I already posted a full review of this book, which you should see a link to over on the side, but briefly, this book is a mystery/thriller about a missing girl, who would be eight years old, and the woman trying to find her, Naomi. Naomi was herself a missing child, but she doesn’t remember her past. The writing style feels kind of like reading a fairytale, despite the horrors (or because of?) you’re reading about. I’m kind of hoping that there’s going to be a sequel because I feel like the end, while standing on it’s own, does have a few unanswered questions that I think could be answered well in a second book. I enjoyed this book, but I’m also utterly terrified of thrillers, so ultimately I think I rated this book a four out of five stars.
4. Ramona Blue by Julie Murphy
This book took me a while to get fully invested in, kind of like Dumplin’, and then I was fully invested and stayed up past 2 am even though I had to be at the airport at 6. I’ve posted a full review of Ramona Blue, which you should be able to find linked on the side as well. Long story short though, this book is about Ramona Blue, a teenage girl who survived Katrina and lives with her dad, her pregnant sister, and her sister’s boyfriend in a small trailer. Ramona is also a lesbian, only once she reconnects with her childhood friend Freddy, she realizes that maybe she isn’t a lesbian after all. The exploration and evolution of her sexual identity felt respectfully handled, (Julie Murphy is bisexual) but I’m not sure Ramona ever settles on a label for it. This book is mostly about family and friends and the way Ramona feels stuck in this small town in Mississippi, like she’s trapped because (despite being younger) she has to take care of her sister. I really loved this book and for some, inexplicable reason, burst into tears reading the acknowledgements at the end. I believe I would rate this book a 4.25 stars, if only Goodreads let you rate at in between star levels. If you read this book, let me know what you think!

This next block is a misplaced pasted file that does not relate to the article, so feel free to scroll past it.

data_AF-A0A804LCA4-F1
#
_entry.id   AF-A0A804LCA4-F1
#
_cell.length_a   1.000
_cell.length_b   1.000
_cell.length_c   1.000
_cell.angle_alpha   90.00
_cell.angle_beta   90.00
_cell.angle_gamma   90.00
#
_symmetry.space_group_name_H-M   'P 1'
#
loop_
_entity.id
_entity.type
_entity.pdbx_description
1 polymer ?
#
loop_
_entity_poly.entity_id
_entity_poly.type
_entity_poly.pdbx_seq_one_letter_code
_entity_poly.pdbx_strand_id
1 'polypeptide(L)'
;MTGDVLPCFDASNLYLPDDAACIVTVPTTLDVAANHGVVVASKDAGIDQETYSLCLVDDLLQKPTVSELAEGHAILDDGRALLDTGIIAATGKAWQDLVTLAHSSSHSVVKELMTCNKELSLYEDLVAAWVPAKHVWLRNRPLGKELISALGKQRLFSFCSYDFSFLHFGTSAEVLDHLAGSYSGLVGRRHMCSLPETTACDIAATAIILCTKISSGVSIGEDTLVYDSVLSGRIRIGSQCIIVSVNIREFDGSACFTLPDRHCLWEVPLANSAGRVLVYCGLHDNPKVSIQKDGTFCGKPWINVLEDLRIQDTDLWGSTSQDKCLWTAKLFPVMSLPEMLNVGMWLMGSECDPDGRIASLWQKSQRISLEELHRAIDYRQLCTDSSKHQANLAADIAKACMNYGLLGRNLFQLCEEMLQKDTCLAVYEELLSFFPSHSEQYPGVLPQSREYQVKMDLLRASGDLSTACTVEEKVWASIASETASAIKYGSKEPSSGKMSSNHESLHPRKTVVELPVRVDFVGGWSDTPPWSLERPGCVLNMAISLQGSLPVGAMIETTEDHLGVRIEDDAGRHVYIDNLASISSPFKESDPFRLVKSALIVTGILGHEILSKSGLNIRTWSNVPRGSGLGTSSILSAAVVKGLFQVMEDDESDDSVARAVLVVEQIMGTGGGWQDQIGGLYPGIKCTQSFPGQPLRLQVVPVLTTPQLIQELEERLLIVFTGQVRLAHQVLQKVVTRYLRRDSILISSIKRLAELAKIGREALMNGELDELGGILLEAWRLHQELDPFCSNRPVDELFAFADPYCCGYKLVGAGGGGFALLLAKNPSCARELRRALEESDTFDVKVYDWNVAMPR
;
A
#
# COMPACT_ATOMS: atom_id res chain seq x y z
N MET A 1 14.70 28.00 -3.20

5. Landslide: True Stories by Minna Zallman Proctor
This book releases Tuesday so keep your eye out for a full review of this book then! In my September TBR (also linked to the side), I mentioned that the blurb talked about Proctor’s examination of story and narrative, but indicated I wasn’t sure what that meant. I’m still not positive I can explain this, but in my limited experience with memoirs, the essays in this story do interact with narrative and narrative structure in unique ways. I appreciated how Proctor tended to reflect and discuss how other’s perspective might differ, at least once providing an example of how the same memory from her perspective and that of her mother’s differ significantly. The memoir is, largely, about Proctor’s complicated relationship with her mother, and explores how her relationship with her mom led or contributed to some of the choices she made in her life. I thought it was interesting that despite pointing to her fraught relationship with her mom as a pivotal part of her personality, the collection doesn’t really read like she blames her mom for the mistakes she’s made in her life. I found the book fascinating, but it wasn’t my favorite, so I gave it a four out of five stars.
6. Bossypants by Tina Fey
I listened to this book on audio even though I borrowed the paperback from Jaclyn–I just have a thing about enjoying memoirs read by the author on audiobook going right now so I kept the streak alive.